The sieving process can be incorporated into the Shake-and-Bake procedure, as illustrated in Fig. 1 , with the addition of three new operational parameters. These parameters are the number of sieve phases (NSP), the reduction in the number of phases (SPR) considered in each successive sieving step and the minimum number of phases to be used for sieving (NSPmin). A subroutine implementing the procedure described by Smith et al. (2007 ) was added to the SnB program, and the additional steps introduced by triplet sieving are indicated by a gray background in the flow chart (Fig. 1 ). If the structure is centrosymmetric and the number of atoms in the asymmetric unit is less than 100, the variable ‘UseSieve’ is set to TRUE, and the phases of the trial structures are generated by the new subroutine. If the number of degrees of freedom (DF) is too large, the number of phases used for sieving is reduced and the trial phase sets are regenerated. If satisfactory trial structures cannot be generated, the variable ‘UseSieve’ is set to FALSE, and the program reverts to standard SnB operation using trial structures with randomly positioned atoms.
The modified SnB program was applied to the 15 centrosymmetric test data sets listed in Table 1 . First, using the relevant deposited CIF for the compound, basic crystallographic information, including space group, cell parameters and chemical formula, was input to SnB. Then, using the DREAR package (Blessing & Smith, 1999 ) in SnB, E values were generated from the observed intensity data. As a final initialization step, reflection and invariant files were generated containing 10N reflections and 100N triplets, respectively. Next, the sieving procedure was carried out, and the three sieve parameters were varied in order to find a combination of values that would optimize the efficiency of the Shake-and-Bake procedure for these structures. In all cases, a small number (0.1N) of conventional SnB refinement cycles were added to expand the set of phased reflections and to improve the quality of the phases. Finally, the best values of the sieve parameters were chosen, and a final SnB job was run for each data set in order to measure the time required to obtain a solution. Solutions were identified on the basis of mean phase errors when compared with correct phase sets computed using the known atomic coordinates.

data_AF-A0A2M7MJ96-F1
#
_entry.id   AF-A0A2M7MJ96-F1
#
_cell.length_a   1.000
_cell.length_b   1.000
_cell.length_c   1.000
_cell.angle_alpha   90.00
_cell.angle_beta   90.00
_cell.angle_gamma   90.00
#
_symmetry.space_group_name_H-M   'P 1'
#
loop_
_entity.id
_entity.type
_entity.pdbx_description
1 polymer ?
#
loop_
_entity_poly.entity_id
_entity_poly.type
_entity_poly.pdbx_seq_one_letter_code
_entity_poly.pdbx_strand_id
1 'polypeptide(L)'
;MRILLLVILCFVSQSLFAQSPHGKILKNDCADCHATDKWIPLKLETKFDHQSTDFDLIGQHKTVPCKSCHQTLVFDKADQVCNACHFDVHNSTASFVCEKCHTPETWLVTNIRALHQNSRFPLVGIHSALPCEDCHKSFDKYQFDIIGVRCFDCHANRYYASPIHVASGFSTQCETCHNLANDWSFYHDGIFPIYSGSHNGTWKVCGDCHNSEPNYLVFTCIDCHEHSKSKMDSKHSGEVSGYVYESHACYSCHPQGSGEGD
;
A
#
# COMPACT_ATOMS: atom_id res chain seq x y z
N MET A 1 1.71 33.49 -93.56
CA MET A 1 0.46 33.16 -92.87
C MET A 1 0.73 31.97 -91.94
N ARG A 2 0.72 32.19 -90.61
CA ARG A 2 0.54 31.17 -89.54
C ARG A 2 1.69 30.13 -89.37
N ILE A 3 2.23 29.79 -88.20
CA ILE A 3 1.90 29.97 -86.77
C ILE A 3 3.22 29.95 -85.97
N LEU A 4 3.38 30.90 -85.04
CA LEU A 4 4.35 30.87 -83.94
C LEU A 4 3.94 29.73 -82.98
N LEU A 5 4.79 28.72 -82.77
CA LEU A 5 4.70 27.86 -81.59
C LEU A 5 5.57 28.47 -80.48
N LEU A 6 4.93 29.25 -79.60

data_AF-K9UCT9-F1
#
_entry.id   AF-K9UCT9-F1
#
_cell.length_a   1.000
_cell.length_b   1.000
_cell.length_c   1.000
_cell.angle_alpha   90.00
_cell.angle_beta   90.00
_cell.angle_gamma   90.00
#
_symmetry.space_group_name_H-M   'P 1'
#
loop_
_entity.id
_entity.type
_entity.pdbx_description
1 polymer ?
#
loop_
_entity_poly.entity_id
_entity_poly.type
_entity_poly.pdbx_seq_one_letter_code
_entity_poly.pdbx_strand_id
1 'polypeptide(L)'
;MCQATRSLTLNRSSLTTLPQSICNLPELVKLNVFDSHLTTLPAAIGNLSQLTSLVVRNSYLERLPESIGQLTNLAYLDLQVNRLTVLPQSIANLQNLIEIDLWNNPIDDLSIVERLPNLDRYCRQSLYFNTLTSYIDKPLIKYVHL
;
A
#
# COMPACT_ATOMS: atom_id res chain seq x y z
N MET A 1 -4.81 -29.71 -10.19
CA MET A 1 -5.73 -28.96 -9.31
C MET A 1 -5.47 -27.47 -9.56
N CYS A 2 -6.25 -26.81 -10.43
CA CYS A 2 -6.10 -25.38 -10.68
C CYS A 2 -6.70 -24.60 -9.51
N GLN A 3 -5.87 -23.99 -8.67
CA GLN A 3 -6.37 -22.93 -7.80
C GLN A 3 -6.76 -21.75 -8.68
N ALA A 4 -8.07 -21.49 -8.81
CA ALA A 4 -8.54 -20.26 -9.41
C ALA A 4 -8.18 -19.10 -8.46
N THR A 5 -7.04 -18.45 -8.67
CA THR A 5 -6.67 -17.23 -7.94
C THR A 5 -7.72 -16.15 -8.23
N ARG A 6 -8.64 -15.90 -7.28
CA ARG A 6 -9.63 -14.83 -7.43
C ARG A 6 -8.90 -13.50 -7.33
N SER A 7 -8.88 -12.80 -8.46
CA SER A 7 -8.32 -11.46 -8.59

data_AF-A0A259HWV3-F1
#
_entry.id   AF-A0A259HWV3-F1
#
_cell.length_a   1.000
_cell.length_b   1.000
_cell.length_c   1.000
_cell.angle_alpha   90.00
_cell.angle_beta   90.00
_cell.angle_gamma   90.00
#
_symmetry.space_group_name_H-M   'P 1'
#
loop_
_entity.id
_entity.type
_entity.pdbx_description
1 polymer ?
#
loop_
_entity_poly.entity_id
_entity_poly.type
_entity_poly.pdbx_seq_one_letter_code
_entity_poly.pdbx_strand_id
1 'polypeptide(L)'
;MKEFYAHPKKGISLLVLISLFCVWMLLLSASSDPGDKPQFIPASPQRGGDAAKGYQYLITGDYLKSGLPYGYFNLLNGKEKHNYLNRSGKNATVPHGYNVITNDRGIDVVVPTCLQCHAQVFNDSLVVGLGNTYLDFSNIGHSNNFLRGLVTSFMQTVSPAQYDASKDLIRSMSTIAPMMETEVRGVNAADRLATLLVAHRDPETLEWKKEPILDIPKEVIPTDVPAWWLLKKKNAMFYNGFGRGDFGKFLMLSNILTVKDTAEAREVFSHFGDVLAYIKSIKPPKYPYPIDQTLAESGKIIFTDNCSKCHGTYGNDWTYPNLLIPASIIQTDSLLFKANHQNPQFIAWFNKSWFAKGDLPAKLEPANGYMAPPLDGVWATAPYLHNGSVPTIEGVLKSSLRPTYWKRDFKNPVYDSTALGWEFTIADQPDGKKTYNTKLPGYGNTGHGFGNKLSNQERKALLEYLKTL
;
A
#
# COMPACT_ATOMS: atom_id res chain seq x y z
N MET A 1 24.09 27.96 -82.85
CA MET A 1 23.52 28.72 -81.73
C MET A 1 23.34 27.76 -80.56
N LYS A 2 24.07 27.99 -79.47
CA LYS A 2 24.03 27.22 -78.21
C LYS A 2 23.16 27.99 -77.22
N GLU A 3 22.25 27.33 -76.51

As a result of the test jobs, the parameter values given in Table 2 (all a function of the size of the structure) were chosen as default values. The results of the final jobs, showing a comparison of the time required to yield SnB solutions with and without the sieve procedure, are presented in Table 1 . This comparison shows that the computing time required for 14 of the 15 test structures is reduced by a factor of 4.1 to 98.5 when sieving is included. The average reduction factor is 29.5. The modified version of the SnB program including the sieve procedure with the default parameter values determined in this study is now available as version 2.3 from the SnB website, http://www.hwi.buffalo.edu/SnB/. Unlike earlier versions of SnB, version 2.3 also contains a tool for automatic solution detection that permits calculations to be terminated as soon as a solution is found. Thus, full advantage can be taken of the new sieving feature.
This work was supported in part by the Joint NSF/NIGMS Initiative to Support Research in the Area of Mathematical Biology under NIH award GM072023.